This next outline technique is brand-new to me. I just picked it up from the book How To Write aDamn Good Mystery by James Frey. I’ve been reading a slew of How To Write Mystery books because I’ve decided to include a Mystery subplot in my YA urban fantasy, and I am clueless about how to go about it. Wow, I wished I had learned this earlier. It’s good stuff.
I can see why this style of Outline is of particular importance to mystery writers, but I think it’s useful for anyone. The basic idea is that you are writing two stories: the plot and the plot behind the plot.
There’s the action that the reader sees. This is what happens “onstage.”
Then there’s what happened a long time ago (backstory) or what is happening to other characters besides the current PoV character. This is what happens “offstage.”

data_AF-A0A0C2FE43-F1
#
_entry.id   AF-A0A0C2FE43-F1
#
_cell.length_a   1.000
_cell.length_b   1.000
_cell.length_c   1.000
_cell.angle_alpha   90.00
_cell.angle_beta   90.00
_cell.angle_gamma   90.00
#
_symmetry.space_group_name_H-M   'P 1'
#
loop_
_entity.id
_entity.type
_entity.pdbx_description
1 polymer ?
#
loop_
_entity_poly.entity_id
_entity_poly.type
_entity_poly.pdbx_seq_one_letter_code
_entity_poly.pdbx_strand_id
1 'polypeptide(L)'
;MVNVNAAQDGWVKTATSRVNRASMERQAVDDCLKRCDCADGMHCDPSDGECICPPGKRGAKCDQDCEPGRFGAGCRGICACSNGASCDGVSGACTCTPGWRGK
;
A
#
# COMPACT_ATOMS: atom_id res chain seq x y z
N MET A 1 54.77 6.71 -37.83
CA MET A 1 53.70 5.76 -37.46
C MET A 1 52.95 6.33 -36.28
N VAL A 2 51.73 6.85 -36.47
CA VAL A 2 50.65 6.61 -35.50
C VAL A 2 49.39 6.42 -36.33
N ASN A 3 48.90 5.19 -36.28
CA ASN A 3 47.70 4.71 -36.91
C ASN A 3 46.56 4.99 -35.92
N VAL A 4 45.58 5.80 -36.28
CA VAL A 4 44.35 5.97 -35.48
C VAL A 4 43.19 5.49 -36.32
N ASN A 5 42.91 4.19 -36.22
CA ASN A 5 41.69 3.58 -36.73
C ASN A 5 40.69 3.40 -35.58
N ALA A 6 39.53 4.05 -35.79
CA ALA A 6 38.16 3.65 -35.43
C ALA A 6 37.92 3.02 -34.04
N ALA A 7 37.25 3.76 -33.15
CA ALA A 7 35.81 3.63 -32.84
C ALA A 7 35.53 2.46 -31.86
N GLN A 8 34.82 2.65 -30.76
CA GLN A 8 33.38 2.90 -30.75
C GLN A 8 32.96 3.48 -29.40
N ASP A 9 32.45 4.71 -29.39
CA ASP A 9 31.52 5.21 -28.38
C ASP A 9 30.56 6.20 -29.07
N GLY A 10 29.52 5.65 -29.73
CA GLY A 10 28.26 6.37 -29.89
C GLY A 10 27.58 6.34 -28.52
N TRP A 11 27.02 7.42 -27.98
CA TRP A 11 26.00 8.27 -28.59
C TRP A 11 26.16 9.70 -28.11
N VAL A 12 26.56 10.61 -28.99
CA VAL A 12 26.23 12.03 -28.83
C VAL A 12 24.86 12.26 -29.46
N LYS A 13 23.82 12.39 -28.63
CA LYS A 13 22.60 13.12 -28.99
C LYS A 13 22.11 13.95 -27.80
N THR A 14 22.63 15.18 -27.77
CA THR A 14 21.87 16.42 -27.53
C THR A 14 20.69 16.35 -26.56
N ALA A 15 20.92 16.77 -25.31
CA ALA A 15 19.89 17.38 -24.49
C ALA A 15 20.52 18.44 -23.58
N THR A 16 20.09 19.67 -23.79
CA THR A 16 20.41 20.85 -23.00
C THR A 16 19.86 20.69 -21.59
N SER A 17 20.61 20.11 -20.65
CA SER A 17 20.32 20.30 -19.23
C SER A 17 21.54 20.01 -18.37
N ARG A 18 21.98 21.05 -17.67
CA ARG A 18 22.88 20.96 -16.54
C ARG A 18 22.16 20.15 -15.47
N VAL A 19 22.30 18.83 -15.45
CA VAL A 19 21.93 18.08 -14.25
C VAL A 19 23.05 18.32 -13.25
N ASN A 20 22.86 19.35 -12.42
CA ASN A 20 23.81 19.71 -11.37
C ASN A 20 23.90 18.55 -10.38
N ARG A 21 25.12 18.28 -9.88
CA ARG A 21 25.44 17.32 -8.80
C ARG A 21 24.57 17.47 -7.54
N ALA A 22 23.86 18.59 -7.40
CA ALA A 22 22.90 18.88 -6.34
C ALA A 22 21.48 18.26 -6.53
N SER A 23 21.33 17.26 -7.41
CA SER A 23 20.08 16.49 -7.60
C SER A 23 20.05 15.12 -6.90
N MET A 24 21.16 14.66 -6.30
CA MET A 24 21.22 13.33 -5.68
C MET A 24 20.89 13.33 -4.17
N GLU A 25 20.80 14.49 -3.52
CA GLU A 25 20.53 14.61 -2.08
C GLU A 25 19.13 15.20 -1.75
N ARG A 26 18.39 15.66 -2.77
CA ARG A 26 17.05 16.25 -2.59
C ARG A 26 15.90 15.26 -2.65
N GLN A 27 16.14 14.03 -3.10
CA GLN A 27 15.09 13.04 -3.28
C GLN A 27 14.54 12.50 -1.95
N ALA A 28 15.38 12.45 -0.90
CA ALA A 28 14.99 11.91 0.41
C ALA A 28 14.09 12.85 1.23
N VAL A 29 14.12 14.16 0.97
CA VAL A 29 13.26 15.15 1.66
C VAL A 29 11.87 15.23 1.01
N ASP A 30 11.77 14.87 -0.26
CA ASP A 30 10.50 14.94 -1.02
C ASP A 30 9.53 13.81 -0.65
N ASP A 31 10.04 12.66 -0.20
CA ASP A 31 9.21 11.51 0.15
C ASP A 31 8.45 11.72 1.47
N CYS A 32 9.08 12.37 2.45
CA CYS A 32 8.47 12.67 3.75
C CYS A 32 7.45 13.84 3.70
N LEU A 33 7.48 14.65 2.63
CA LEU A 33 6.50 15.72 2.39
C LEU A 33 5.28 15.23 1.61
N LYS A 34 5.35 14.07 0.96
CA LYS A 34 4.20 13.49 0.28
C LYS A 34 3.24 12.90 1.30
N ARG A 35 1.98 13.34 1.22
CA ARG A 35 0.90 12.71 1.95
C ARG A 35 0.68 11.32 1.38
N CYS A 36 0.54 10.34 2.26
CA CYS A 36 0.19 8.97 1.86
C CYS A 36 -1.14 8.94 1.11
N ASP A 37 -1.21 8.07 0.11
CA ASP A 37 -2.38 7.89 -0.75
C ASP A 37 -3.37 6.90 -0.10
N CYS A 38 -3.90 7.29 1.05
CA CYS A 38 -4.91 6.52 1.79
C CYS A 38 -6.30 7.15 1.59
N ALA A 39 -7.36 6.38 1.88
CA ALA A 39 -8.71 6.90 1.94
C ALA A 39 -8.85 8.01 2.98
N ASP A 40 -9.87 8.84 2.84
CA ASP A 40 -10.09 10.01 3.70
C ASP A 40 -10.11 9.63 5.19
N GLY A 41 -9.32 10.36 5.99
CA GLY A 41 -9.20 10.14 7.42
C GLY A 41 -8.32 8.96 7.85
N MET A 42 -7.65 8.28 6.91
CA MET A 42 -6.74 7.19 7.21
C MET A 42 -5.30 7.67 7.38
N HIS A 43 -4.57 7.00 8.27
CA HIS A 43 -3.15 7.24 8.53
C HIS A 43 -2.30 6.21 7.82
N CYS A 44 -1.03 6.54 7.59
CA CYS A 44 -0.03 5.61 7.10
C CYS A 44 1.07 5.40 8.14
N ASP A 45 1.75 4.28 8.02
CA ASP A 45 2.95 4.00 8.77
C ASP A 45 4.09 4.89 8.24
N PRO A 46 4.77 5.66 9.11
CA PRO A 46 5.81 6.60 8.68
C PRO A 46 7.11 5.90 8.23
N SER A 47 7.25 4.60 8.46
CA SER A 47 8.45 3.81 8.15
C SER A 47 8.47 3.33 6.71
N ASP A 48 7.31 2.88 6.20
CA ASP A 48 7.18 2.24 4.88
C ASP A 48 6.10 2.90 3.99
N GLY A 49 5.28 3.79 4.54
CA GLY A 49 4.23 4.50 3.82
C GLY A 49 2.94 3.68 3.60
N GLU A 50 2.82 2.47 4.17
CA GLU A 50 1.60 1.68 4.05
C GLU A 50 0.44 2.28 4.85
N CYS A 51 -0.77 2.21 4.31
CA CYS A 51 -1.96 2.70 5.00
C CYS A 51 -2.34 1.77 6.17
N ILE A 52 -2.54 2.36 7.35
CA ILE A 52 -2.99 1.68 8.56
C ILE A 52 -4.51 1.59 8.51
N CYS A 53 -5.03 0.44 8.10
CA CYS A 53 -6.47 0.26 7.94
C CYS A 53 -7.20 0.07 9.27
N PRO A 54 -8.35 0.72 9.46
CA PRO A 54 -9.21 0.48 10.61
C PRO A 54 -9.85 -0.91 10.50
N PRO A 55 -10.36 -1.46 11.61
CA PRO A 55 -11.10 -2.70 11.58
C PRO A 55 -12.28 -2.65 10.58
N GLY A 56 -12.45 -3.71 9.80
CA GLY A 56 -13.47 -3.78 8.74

In the Onstage and Offstage Outline, you write about both, in chronological order—not necessarily the order that it will be revealed to the reader.
In a mystery, the detective, and through her, the reader, is usually working backwards. The murder has already taken place, and the detective has to re-create the event through clues. The newbie author mistake is to write the book the same way. Instead, the author needs to write a prequel and parallel book (in outline) from the murderer’s PoV. The other suspects should also have their own, ongoing storylines, most of which are offstage both before and during the onstage action of the novel.
Like all brilliant ideas, this is headsmackingly obvious once you think about it.
Could this Offstage/Onstage idea be combined with the Post-It Outline? I’ve never tried it, but the idea intrigues me. Another approach is to use an Excel or similar spreadsheet program. Write down each characters name in a column and the time and day in the rows and keep track of where each person is when. The more complex your story is, and the more you need to rely on misdirection, the more useful this kind of outline will be.